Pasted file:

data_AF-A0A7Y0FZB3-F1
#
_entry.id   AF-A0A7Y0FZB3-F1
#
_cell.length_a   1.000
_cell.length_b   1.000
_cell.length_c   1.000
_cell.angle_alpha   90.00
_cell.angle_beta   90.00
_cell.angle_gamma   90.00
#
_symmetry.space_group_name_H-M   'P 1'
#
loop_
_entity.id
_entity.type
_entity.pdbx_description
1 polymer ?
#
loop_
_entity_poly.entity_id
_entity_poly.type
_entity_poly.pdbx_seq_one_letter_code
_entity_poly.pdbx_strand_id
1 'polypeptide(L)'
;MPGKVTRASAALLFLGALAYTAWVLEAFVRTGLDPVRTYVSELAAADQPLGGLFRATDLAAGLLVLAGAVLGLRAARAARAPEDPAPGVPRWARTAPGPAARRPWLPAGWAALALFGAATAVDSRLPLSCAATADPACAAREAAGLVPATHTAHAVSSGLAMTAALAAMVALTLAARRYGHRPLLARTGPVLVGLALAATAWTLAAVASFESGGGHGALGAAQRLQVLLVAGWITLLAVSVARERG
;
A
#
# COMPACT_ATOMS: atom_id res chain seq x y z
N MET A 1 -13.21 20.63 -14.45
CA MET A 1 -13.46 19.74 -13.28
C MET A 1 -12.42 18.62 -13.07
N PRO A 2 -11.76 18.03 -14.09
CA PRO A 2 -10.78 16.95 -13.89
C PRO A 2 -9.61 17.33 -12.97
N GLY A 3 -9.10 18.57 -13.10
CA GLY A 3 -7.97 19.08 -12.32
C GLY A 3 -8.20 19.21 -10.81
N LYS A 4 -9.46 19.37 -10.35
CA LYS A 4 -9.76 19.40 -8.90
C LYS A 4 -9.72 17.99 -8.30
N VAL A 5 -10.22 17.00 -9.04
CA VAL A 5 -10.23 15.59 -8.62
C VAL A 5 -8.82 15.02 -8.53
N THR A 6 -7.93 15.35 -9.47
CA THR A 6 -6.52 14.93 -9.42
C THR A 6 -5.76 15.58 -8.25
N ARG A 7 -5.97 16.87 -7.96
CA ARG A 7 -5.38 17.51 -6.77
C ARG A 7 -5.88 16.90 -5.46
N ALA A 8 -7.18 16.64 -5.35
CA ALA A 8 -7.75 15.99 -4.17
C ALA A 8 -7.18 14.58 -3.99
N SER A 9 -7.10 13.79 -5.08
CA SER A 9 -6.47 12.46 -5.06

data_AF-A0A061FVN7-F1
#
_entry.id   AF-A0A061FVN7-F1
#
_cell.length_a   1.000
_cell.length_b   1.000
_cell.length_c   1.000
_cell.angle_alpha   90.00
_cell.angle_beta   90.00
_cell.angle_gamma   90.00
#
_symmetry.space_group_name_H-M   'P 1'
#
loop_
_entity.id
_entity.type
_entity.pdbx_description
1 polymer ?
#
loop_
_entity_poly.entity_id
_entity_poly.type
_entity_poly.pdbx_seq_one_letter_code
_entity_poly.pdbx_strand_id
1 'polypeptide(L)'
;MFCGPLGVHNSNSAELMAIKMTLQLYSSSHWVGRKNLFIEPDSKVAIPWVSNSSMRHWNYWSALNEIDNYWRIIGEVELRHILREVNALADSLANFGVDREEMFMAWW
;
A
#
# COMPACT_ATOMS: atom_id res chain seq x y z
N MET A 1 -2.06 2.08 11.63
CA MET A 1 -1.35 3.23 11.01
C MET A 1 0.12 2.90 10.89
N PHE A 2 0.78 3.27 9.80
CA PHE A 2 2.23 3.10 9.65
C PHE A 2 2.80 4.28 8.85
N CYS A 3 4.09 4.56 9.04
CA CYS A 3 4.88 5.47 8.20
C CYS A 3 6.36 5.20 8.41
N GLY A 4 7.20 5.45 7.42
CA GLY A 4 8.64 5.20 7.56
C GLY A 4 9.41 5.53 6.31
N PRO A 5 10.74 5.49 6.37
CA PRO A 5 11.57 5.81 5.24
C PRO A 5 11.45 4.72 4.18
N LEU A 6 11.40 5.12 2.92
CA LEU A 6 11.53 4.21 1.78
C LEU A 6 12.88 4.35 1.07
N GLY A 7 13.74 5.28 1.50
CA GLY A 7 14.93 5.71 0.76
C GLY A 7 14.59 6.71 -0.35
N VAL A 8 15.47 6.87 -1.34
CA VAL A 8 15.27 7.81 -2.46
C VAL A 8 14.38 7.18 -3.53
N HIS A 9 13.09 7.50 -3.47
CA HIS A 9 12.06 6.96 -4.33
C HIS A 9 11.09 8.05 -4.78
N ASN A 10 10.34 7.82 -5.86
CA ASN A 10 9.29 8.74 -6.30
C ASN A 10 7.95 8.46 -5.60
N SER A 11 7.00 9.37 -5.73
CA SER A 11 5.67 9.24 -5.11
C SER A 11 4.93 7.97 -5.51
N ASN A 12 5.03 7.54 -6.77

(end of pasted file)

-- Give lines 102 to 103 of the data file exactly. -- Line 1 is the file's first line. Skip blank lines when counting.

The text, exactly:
N LEU A 6 11.40 5.12 2.92
CA LEU A 6 11.53 4.21 1.78